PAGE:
Commander: 43 percent of those arrested were drinking at home
PASO ROBLES — According to Commander Caleb Davis with the Paso Robles Police Department, the City had seen a nearly two-fold increase in DUIs in 2020. So far this year, PRPD reported 58 DUI arrests, up from 30 during the same time frame in 2019.
“The reason for the uptrend is not clear yet,” Davis wrote in an e-mail. “Although I can promise you that PRPD is doing everything possible to understand the trend and help correct the issue. Our staffing levels certainly limit our proactiveness in this area, but it is a very high priority for our organization and City.”
Davis said that statistics for the past two months suggest that wineries and drinking establishments are not necessarily to blame for the increase.
“Currently, nearly 70 percent of our DUI arrests have been Paso Robles residents,” Davis wrote. “Additionally, 43 percent of those arrested have been drinking at home or at a friend’s house while 29 percent have been coming from a restaurant or a bar.”
At the Mar. 3 Paso Robles City Council meeting, Police Chief Ty Lewis reported a 40 percent increase in calls of service for the PRPD, highlighting the need for adding more officers to the force.
Lewis told the Council that over the past five years, calls to service and arrests have been growing while the number of police officers has remained stagnant. According to Lewis, the PRPD is comprised of 34 police officers, seven dispatchers, 3.5 community officers, 3.5 record clerks, and one dispatch and records supervisor. Currently, two police officers are on long-term disability leave and one recently resigned and took a position with San Luis Obispo County Sheriff’s Department.
In the past five years, the City continued to have some of the lowest number of police officers on staff with Atascadero having the least in the county. According to the FBI’s website, the national average for communities is 2.4 officers per thousand, meaning that the City has less than half the national average.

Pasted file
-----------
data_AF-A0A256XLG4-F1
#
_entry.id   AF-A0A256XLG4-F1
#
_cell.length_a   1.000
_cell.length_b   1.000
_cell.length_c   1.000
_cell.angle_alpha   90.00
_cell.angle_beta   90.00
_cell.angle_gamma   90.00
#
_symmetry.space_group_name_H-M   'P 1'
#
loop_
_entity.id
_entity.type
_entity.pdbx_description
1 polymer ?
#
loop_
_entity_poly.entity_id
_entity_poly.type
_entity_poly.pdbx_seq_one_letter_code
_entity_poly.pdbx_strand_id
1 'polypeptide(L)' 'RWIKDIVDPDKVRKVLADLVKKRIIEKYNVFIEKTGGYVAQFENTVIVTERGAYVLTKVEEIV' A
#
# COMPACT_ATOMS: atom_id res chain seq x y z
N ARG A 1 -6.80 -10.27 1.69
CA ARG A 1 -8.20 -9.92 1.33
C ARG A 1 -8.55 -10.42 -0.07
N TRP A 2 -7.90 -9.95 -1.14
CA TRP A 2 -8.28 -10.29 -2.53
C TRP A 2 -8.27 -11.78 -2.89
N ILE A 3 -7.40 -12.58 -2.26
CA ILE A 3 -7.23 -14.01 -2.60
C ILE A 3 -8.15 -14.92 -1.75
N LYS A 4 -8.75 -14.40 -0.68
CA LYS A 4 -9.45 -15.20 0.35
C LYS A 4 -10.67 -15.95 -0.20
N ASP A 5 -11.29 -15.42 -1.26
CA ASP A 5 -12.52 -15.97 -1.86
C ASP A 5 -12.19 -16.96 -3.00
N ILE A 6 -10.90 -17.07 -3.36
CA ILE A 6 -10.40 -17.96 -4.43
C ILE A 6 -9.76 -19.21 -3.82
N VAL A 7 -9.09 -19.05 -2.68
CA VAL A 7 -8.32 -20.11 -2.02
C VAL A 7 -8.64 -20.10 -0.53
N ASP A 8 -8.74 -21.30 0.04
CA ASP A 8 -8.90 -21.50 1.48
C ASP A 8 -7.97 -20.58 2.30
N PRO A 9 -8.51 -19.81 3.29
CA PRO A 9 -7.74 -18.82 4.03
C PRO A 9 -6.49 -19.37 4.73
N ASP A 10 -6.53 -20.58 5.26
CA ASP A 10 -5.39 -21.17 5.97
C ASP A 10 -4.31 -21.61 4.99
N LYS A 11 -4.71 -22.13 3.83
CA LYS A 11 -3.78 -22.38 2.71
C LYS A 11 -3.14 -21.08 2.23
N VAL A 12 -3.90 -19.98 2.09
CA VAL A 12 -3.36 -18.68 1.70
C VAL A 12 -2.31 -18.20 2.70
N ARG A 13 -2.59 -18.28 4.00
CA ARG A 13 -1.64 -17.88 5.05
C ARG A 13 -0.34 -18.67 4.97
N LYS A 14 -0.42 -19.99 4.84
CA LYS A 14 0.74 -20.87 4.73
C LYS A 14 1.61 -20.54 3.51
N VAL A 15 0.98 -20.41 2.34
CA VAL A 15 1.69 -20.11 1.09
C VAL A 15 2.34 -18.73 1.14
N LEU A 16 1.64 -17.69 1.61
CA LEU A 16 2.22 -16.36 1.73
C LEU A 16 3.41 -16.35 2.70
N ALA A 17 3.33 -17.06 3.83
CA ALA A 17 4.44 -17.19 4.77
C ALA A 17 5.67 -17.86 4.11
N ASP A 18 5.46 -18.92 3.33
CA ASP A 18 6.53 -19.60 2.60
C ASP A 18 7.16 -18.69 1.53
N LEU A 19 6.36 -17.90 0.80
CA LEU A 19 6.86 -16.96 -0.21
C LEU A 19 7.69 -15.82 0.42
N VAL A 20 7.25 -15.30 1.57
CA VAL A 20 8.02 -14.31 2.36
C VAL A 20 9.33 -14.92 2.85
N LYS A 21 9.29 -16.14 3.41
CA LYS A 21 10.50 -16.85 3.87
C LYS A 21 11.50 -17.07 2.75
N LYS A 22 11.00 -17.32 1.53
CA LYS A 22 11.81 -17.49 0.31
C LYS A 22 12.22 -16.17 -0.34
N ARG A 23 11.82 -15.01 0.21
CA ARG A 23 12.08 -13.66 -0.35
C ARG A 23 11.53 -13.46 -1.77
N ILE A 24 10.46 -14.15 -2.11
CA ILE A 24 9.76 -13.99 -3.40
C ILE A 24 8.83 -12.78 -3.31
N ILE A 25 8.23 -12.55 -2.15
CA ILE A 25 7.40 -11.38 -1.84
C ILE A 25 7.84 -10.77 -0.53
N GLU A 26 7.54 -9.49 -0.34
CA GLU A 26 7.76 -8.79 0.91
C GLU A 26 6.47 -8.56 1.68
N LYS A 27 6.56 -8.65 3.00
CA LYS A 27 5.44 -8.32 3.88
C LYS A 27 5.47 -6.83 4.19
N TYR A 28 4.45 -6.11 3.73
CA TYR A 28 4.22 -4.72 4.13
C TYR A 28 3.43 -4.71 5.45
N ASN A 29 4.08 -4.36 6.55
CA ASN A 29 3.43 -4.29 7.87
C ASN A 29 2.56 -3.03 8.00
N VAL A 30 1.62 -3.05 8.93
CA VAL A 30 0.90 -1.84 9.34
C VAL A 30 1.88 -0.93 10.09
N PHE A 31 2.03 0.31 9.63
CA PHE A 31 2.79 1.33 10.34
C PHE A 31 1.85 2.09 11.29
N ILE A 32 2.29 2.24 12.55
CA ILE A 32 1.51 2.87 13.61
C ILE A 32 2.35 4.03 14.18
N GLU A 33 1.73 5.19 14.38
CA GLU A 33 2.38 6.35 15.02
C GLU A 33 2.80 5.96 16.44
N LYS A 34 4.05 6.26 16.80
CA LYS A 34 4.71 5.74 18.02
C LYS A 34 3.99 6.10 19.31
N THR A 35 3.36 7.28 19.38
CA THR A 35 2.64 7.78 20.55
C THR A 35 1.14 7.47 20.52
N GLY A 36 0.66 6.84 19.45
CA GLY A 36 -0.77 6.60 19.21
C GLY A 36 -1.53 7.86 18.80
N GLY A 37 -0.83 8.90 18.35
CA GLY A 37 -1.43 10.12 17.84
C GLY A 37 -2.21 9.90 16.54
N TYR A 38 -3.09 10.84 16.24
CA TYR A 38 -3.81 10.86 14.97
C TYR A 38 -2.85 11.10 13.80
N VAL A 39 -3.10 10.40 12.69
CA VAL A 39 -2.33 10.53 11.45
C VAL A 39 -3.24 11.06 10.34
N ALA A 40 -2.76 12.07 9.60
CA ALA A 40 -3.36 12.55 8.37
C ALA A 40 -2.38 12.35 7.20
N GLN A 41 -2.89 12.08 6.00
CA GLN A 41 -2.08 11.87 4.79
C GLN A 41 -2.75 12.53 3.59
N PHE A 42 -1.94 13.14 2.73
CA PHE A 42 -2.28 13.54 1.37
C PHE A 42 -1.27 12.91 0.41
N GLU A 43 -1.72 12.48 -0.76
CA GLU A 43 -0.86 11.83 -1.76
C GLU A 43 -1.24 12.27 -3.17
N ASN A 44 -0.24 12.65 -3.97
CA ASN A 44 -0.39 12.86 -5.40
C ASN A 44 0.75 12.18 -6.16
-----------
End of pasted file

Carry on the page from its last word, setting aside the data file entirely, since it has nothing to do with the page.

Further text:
“This becomes important when you start looking at the workload that the police department has been taking on recently,” Lewis said.
In one year, the PRPD averages approximately 75,000 phone calls and 43,000 calls for service, with an average of 4,000 calls per month. Lewis reported that the department performs 17,000 arrests per year and that the department issues 3,200 traffic citations per month.
“In 2014, we had 31,000 calls as what we were averaging per year,” Lewis said, “up to where we’re averaging almost 44,000 in 2019.”
Lewis said the lack of officers is evident in the increase in response times. Response times to Priority 1 Emergency Calls that involves a life-threatening situation such as an assault with a deadly weapon have increased 89 percent in the past five years. For example, PRPD averaged a response time of four minutes and 55 seconds to Priority 1 calls in 2015, whereas current response time to life-threatening emergencies sits at nine minutes and 19 seconds. Lewis said that violent crimes are lower than state and national averages; property crimes, however, are higher than both state and national averages.